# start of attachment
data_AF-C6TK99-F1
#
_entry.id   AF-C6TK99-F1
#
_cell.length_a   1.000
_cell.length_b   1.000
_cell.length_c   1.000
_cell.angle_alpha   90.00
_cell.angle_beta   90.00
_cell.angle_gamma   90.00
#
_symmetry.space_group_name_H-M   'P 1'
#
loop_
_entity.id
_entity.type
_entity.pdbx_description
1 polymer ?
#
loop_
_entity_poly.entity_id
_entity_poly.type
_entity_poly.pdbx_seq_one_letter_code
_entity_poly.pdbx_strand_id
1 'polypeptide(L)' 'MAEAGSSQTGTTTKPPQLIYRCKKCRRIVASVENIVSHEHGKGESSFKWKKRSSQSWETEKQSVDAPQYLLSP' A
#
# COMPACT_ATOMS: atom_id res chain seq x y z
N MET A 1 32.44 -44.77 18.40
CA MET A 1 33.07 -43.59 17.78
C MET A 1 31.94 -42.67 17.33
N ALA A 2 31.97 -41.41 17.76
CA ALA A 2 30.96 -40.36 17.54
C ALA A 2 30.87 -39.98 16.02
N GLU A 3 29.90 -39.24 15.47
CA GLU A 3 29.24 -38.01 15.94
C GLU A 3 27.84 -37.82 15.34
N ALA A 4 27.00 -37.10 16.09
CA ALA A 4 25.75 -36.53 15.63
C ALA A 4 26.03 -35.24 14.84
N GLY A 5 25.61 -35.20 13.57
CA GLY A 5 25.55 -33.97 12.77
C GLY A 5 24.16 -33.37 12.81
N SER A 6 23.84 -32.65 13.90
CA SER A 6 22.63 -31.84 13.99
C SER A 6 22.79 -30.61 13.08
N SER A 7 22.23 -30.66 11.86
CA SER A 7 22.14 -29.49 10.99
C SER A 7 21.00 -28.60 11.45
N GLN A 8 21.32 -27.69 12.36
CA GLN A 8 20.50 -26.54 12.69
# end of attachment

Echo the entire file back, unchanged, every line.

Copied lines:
data_AF-C6TK99-F1
#
_entry.id   AF-C6TK99-F1
#
_cell.length_a   1.000
_cell.length_b   1.000
_cell.length_c   1.000
_cell.angle_alpha   90.00
_cell.angle_beta   90.00
_cell.angle_gamma   90.00
#
_symmetry.space_group_name_H-M   'P 1'
#
loop_
_entity.id
_entity.type
_entity.pdbx_description
1 polymer ?
#
loop_
_entity_poly.entity_id
_entity_poly.type
_entity_poly.pdbx_seq_one_letter_code
_entity_poly.pdbx_strand_id
1 'polypeptide(L)' 'MAEAGSSQTGTTTKPPQLIYRCKKCRRIVASVENIVSHEHGKGESSFKWKKRSSQSWETEKQSVDAPQYLLSP' A
#
# COMPACT_ATOMS: atom_id res chain seq x y z
N MET A 1 32.44 -44.77 18.40
CA MET A 1 33.07 -43.59 17.78
C MET A 1 31.94 -42.67 17.33
N ALA A 2 31.97 -41.41 17.76
CA ALA A 2 30.96 -40.36 17.54
C ALA A 2 30.87 -39.98 16.02
N GLU A 3 29.90 -39.24 15.47
CA GLU A 3 29.24 -38.01 15.94
C GLU A 3 27.84 -37.82 15.34
N ALA A 4 27.00 -37.10 16.09
CA ALA A 4 25.75 -36.53 15.63
C ALA A 4 26.03 -35.24 14.84
N GLY A 5 25.61 -35.20 13.57
CA GLY A 5 25.55 -33.97 12.77
C GLY A 5 24.16 -33.37 12.81
N SER A 6 23.84 -32.65 13.90
CA SER A 6 22.63 -31.84 13.99
C SER A 6 22.79 -30.61 13.08
N SER A 7 22.23 -30.66 11.86
CA SER A 7 22.14 -29.49 10.99
C SER A 7 21.00 -28.60 11.45
N GLN A 8 21.32 -27.69 12.36
CA GLN A 8 20.50 -26.54 12.69